In public health care organizations, the doctor is not only important as a provider of medical services but also as the individual that determines the demand of medical services; the doctor is both a participant in the definition of demand for services and the actual person representing the offer of them. Therefore health care organizations must guarantee the possibility for the doctor to act independently. On the other hand this autonomy is limited by the fact that doctors must act within the boundaries of structures that impose rules, hierarchies and adherence to organizational levels. This is the reason why in a hospital structure the doctor does not have the possibility to act in total autonomy. Within the hospital organization conflicts arise that must be either prevented and/or managed trough both coordination and integration of processes. The 2004 reform proposed by minister Sirchia constitutes an answer to the above conflict. It was inspired by the British experience with "clinical governance". Mr. Sirchia’s law proposal creates the so called "clinical coordinator" and provides it with a position in the clinical organization’s top management with the responsibility of definition of policies as well as coordination and controls. He will act as a medical director too. But the creation of the "clinical coordinator" position rather than solve the integration problems, would have generated permanent conflicts at top management level. Luckily the law proposal did not become an act of Parliament; but the problem of finding real solutions to the conflicts arising from the diversity of medical and economic cultures remains.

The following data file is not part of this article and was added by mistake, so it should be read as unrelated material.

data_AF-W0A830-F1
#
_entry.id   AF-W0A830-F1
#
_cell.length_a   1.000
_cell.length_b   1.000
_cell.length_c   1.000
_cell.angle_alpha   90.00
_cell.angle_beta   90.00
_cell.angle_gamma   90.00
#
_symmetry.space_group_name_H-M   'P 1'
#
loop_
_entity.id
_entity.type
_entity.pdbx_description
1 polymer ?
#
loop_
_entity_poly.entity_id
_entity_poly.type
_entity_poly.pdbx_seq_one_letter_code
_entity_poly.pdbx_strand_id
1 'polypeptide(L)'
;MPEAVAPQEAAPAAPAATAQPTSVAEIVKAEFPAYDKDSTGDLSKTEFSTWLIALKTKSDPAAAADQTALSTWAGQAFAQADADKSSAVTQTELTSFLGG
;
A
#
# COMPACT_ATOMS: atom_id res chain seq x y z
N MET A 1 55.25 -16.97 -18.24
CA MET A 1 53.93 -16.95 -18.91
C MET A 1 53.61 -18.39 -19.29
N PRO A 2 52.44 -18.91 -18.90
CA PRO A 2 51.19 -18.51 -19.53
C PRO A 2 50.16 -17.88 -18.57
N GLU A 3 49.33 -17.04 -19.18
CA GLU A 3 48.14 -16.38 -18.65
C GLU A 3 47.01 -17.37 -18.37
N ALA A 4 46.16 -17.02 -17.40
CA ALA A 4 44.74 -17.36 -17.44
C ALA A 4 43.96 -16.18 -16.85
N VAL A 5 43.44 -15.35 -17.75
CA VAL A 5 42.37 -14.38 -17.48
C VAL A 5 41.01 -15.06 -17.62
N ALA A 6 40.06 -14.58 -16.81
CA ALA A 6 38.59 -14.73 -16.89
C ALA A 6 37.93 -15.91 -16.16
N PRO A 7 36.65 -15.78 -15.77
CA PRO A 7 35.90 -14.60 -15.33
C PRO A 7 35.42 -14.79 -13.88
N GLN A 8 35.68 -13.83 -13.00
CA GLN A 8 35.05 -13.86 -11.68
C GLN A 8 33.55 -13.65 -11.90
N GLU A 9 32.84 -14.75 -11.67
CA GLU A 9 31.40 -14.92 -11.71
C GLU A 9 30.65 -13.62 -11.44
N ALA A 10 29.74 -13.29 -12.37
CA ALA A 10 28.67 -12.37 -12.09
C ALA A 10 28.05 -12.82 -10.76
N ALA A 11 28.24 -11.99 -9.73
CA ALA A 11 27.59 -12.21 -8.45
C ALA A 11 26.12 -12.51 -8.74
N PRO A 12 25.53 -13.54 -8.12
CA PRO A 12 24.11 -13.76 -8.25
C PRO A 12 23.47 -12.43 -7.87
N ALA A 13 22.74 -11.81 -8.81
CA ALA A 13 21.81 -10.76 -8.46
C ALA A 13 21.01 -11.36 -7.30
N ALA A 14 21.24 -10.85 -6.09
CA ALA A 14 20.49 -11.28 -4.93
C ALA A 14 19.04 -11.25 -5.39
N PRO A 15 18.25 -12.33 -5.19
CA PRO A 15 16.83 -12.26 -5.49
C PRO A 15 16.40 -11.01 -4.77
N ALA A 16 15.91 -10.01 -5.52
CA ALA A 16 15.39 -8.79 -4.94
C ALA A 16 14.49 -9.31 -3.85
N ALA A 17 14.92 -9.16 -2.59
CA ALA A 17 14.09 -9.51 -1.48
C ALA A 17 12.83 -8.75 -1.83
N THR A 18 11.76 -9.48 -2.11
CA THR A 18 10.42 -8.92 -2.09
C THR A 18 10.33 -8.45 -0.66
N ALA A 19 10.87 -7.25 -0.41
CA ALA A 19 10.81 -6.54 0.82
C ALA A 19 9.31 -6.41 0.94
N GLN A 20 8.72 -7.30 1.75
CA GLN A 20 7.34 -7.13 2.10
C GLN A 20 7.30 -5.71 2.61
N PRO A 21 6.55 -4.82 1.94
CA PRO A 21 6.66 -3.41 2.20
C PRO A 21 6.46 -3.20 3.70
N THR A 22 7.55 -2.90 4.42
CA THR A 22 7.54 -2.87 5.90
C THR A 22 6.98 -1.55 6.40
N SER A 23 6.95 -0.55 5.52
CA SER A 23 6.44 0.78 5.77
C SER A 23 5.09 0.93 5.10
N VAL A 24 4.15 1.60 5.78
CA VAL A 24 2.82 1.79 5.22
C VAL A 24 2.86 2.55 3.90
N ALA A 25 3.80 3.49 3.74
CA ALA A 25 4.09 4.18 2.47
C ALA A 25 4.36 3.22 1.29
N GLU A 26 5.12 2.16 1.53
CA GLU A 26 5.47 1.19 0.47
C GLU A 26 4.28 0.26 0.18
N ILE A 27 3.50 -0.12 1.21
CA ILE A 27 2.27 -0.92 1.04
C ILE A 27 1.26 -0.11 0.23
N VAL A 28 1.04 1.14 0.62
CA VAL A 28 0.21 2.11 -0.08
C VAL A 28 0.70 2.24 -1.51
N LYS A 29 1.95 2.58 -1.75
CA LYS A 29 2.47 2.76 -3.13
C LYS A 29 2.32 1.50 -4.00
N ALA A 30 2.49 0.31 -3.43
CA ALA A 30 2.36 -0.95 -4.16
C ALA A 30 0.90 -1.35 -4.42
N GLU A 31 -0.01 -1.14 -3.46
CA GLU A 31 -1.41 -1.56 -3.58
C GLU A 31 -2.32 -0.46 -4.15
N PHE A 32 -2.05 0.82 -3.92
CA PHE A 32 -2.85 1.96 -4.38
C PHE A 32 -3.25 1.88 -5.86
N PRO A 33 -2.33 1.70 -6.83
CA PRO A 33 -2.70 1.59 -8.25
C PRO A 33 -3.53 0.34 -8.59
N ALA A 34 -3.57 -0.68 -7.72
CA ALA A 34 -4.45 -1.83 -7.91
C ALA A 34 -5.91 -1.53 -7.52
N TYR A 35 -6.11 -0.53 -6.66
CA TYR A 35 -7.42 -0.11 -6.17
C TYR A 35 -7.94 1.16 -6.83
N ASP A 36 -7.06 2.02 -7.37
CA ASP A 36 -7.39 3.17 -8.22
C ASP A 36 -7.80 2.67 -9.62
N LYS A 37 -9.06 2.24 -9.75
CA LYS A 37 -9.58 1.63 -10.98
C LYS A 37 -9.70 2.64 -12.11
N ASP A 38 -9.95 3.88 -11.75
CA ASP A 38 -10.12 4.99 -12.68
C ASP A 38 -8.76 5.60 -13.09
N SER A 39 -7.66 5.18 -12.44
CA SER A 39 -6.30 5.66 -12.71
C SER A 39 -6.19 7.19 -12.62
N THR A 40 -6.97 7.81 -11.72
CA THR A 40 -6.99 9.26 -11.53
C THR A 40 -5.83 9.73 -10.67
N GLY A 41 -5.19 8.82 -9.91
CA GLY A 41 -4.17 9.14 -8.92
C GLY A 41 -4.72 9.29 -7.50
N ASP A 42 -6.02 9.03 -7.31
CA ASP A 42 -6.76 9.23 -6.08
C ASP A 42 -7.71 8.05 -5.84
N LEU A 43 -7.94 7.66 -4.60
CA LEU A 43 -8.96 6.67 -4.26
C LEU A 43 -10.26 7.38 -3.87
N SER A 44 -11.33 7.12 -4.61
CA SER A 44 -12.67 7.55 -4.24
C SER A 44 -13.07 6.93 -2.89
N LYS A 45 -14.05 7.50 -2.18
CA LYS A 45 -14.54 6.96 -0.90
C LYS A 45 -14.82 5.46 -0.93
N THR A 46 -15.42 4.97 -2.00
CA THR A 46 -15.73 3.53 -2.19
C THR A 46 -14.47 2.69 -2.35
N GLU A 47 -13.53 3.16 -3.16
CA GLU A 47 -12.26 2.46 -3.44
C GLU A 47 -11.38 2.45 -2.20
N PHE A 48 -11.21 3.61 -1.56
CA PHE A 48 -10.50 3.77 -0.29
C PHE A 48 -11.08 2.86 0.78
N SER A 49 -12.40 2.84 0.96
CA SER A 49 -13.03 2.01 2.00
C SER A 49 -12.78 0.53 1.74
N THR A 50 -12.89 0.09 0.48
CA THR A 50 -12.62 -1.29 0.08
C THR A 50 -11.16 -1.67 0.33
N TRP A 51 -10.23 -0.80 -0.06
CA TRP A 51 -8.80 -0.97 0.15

Keywords: Clinical governance
Jel Code: I18